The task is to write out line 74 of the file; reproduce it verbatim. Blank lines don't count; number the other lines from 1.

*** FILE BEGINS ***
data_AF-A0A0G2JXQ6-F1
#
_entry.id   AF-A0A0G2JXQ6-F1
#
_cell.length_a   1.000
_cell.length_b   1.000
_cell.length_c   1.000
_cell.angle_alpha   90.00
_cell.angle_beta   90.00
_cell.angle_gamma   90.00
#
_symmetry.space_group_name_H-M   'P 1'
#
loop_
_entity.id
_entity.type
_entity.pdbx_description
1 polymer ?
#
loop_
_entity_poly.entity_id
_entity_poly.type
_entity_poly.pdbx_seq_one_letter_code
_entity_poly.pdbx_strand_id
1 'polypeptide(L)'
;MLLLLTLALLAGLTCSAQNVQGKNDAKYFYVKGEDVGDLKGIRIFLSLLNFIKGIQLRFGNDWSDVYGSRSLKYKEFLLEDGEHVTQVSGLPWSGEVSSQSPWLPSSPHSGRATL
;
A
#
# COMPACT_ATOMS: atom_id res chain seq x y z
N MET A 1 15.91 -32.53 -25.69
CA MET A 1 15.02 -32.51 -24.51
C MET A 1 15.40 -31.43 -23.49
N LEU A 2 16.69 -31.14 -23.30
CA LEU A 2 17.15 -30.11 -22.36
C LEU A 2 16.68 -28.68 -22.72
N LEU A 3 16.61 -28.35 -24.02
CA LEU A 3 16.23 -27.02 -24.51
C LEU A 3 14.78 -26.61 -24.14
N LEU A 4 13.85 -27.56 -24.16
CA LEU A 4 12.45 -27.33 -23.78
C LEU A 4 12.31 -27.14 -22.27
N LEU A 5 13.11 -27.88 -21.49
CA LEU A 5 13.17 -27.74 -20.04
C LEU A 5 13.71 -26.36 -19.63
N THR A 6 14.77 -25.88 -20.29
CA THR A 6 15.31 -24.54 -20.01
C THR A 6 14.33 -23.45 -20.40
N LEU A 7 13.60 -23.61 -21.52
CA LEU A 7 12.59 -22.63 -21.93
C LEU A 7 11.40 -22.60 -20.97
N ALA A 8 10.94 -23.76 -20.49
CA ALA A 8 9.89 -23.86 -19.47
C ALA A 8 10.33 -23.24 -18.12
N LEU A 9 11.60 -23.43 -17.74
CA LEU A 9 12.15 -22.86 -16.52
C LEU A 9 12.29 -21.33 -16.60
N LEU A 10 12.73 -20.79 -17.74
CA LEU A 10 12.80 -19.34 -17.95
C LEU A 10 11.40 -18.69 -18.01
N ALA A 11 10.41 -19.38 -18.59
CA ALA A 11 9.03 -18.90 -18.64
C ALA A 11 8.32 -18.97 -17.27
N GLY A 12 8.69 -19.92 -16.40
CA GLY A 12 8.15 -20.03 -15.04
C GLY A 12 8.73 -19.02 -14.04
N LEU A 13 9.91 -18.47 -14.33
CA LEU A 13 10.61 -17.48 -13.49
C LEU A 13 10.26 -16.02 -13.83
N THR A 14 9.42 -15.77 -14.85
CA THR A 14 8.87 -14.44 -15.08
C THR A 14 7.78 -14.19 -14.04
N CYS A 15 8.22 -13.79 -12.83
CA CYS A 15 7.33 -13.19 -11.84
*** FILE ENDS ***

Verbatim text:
CA CYS A 15 7.33 -13.19 -11.84